Current Conditions and Daily Outlook - May 18th 415AM
Tiny E/SE/SW swells that notch downwards thru the day.
Collaborative Forecast Discussion - May 18th 425AM
On Saturday morning high pressure over our region with tiny E and SW swells slowly fading but with very light to calm winds any swell can be appreciated on most shorelines. As the day progresses the high slips ever so slightly to the east and this allows for light S/SE winds to develop off the coastline resulting in micronic chops. Surfwise Saturday will be smaller than Friday so use that as a definitive gauge. The front to our south is aligned with the VA/NC border and very weak inland low pressure is organizing.
On Sunday high pressure (1030MB) will be to our east with low pressure (1014MB) over the Appalachians connected to the remnant warm front off of Hatteras and this creates a pressure gradient that upticks the SE winds and small seas develop off the mid-atlantic states. This really sets the stage for the coming days as opposed to a wave maker for Sunday, so expect Sunday to be tiny to flat for most shorelines with a residual background pulse preventing total flatness.
On Monday high pressure to our east and low pressure in the central part of the country keeps the mid-atlantic waters in a light S/SE winds and seas will build to small levels resulting in small SE chops and swells. Local winds will be influenced by diurnal heating so expect much calmer conditions in the morning hours and then an uptick of S/SE seabreezes in the afternoon hours. This pattern repeats for Tuesday and on Wedneday a backdoor cold front clicks winds to the N/NE direction with similar small SE swells fading to tiny levels with a crusty NE chop possible.
Long Term: The slow weather pattern appears to stay in place however towards the end of next week a building high pressure system in central Canada noses down on New England and an area of low pressure forms over our region and this will likely lead to moderate SW winds for Thursday thru Saturday with medium SW chop. Details are fuzzy, this system if it were to develop in earnest and be further SE could have a backlash NE winds and generate NE chop but it is too early to call. The forecast for Thursday onwards will be updated on Monday morning.
Daily Forecasts - May 18th 430AM
18 Saturday -
East of Portland - Tiny E and S swells and light NE winds shifting SE.
Cape Ann to Portland - Tiny E swells and light NE winds shifting SE.
Cape Ann southwards - Tiny E swells and light NE winds shifting SE.
Cape Cod - Tiny S and SE swells with local tiny E/SE chop and light NW winds shifting SE.
S of Cape Cod - Tiny SSW swells fade to flatness and light SW winds shifting S.
19 Sunday -
East of Portland - Tiny SE chop and light SE winds.
Cape Ann to Portland - Tiny E/SE chop and light SW winds shifting SE.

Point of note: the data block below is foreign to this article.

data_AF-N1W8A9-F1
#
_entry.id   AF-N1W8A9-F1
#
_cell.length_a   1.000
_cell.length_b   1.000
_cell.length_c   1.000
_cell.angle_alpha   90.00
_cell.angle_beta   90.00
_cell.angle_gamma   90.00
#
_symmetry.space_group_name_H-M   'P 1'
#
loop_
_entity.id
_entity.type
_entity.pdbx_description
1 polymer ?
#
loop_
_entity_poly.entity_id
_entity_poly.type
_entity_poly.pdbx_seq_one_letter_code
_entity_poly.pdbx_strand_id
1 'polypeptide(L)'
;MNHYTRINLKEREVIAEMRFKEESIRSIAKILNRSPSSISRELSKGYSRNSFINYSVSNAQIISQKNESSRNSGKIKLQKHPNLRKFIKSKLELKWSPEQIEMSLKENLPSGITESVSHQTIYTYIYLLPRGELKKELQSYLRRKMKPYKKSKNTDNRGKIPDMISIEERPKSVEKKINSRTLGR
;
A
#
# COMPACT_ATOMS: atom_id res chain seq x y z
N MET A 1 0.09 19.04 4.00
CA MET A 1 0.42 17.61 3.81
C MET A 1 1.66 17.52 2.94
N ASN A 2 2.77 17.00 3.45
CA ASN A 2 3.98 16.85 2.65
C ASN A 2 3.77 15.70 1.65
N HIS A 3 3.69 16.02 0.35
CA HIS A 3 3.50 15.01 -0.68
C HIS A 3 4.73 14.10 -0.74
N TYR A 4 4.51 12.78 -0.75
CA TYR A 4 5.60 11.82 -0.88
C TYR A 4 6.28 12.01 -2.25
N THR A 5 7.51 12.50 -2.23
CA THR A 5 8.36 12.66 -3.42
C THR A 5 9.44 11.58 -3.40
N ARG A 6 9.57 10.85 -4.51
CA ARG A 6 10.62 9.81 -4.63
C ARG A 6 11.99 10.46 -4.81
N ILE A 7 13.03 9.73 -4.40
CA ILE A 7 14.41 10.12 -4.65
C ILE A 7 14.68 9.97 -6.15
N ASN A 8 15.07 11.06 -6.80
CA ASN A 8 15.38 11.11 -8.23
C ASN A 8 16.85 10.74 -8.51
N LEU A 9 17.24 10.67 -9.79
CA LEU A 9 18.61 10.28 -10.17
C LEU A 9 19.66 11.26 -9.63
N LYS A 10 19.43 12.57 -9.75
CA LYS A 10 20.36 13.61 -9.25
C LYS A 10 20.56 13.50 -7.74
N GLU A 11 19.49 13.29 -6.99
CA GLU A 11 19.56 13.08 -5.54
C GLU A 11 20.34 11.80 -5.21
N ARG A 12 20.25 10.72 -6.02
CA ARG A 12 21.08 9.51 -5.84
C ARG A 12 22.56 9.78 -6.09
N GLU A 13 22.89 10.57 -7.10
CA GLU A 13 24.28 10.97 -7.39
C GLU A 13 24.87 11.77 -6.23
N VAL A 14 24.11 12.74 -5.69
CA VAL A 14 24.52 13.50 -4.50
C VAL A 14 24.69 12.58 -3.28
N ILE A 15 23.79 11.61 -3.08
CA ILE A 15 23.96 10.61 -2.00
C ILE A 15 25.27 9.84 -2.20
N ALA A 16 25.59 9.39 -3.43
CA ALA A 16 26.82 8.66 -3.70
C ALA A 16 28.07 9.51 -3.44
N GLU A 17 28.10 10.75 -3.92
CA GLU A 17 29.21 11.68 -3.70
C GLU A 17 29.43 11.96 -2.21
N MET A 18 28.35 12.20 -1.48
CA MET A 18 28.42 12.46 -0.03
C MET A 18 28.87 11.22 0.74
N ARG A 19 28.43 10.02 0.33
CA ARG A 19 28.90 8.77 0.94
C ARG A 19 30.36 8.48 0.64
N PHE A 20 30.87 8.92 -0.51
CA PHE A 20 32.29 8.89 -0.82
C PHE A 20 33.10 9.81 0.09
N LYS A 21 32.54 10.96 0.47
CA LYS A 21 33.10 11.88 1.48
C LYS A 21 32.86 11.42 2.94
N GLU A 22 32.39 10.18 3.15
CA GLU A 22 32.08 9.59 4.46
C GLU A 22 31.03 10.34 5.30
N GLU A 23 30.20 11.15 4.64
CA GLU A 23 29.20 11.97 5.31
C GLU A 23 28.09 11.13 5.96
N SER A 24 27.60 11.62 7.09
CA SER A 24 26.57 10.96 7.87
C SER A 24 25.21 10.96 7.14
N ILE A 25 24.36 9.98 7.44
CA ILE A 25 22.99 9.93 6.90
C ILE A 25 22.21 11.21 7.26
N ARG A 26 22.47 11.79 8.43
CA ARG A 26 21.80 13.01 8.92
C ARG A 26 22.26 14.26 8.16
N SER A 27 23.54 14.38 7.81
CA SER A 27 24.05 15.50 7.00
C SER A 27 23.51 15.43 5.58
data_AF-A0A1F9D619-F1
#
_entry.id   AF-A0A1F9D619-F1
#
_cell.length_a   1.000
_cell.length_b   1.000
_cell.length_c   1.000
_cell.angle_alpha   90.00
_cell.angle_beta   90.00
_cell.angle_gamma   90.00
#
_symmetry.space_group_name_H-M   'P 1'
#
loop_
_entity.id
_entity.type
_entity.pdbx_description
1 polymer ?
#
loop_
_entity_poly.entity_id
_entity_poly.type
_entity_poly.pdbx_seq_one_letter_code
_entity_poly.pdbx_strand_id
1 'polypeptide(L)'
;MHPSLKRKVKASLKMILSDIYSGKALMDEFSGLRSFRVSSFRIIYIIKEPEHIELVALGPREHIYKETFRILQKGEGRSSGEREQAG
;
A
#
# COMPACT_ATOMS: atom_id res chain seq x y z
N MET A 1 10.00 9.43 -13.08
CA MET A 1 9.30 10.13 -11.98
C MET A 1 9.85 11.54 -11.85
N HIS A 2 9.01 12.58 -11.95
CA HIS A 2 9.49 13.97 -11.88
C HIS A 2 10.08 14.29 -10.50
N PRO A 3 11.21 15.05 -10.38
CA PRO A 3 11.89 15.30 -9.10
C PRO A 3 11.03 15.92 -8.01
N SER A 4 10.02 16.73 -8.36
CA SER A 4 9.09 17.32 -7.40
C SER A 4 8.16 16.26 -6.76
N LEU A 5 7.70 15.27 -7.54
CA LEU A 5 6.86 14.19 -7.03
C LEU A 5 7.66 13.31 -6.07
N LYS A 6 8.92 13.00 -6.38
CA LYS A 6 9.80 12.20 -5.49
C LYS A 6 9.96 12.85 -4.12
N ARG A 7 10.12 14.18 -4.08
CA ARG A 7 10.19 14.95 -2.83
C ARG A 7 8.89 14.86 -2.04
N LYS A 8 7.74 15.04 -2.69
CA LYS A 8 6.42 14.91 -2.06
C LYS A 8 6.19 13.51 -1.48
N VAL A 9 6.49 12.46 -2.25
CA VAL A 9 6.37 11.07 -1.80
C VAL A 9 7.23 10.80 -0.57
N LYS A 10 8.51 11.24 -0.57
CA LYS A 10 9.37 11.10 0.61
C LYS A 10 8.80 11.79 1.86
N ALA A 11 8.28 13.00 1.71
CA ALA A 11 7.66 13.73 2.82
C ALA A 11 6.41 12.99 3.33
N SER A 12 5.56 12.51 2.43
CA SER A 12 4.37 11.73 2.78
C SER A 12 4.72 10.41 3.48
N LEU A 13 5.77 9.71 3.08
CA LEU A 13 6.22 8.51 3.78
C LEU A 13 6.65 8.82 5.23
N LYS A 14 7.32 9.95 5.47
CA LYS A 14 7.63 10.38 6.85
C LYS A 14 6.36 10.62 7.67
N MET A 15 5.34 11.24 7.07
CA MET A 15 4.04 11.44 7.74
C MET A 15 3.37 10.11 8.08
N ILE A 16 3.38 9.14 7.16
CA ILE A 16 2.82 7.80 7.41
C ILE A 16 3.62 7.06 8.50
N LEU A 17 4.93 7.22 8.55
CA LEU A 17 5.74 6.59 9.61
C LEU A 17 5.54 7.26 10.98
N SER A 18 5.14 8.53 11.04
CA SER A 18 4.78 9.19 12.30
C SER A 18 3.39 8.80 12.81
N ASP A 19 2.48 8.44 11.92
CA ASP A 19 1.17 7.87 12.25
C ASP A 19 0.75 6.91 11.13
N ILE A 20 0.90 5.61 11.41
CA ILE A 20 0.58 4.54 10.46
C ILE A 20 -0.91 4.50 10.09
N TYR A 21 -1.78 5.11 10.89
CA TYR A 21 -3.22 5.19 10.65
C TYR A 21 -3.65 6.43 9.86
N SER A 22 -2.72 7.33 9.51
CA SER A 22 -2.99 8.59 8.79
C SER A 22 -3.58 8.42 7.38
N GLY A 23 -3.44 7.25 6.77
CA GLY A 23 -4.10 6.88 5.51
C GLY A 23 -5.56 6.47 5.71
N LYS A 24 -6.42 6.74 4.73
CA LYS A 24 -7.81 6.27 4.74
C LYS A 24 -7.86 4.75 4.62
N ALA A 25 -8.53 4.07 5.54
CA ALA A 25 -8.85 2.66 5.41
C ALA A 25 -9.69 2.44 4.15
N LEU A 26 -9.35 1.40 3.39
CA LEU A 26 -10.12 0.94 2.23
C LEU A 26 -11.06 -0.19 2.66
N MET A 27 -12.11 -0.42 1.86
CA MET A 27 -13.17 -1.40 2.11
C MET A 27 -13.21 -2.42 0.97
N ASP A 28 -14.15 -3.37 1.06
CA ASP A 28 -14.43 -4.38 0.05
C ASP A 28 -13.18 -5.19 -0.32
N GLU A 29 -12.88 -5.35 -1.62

Cape Ann southwards - Tiny E swells and light S winds.
Cape Cod - Tiny E swells with a few small sets and local S chop late and light S winds.
S of Cape Cod - Tiny S/SE chop gradually gets more choppy and light S winds.
20 Monday -
East of Portland - Small SE swells rise slowly with small local S chop and light S winds with gusts.
Cape Ann to Portland - Small SE swells and light S winds increasing.
Cape Ann southwards - Tiny ESE swells and almost moderate S winds.
Cape Cod - Medium S very short period swells and light SW winds becoming moderate.
S of Cape Cod - Medium SE very short period swells and local S chop and almost moderate SW winds.
21 Tuesday -
East of Portland - Small SE swells and small SW chop rising late and light SW winds.
Cape Ann to Portland - Tiny SE swells and light SW winds.
Cape Ann southwards - Tiny SE swells and almost moderate SW winds.
Cape Cod - Tiny SE swells fading and almost moderate SW winds.
S of Cape Cod - Small SW chop rising and almost moderate SW winds.
22 Wednesday -
East of Portland - Small SE swells and small SW swells and light E winds.
Cape Ann to Portland - Tiny SE swells and light E winds.
Cape Ann southwards - Tiny SE swells and light E winds.
Cape Cod - Tiny S swells fade and tiny E chop late and light E winds.
S of Cape Cod - Small SW swells slowly fade and light SE winds.
Trace - Noticeable swells but in the toe tocalf range.
Tiny - Ankle to knee high. For most folks this is flat.
Small - Knee to chest.
Medium - Waist to head.
Large - Chest to overhead.
Extra Large - Overhead to double overhead.
Giant - Double overhead plus.
Light - Winds up to 15 mph.
Moderate - Winds from 15 to 25 mph.
Strong - Winds in excess of 25 mph.
Light Yellow - Surf, but winds might not be good and waves won't have much size.
Bright Yellow - Surf, but winds probably not good but waves have some size.
Light Green - Surf, winds are probably good but waves won't have much size.
Bright Green - Surf, winds are probably good and waves have some size.
Simplified -Swells and Winds are provided for each day with some locale mentioned within the notes.
Detailed - 5 geographical sections from Watch Hill, Rhode Island to Schoodic Point, Maine.
Approach - The forecast is based on actual data from buoys, ship reports, satellite data from geostationary and polar orbitting satellites. Guidance about future events incorporates the actual data into manual forecast of future conditions along with input from numerous atmospheric numerical models. This results in a set of expected conditions for the atmosphere which are in turn used to derive corresponding future conditions of the ocean and the results are transformed into sensible surf forecasts for the New England region. Typically surf in New England forms based on the local weather (mid-latitude) which presently inherent high variability and low confidence in all forecasts. However, a general approach of explaining the forecast and updating the forecast each day provides continuity such that the forecast can be used as a guide for expected surf conditions.
Forecast provided by Dave McLaughlin since November 2007.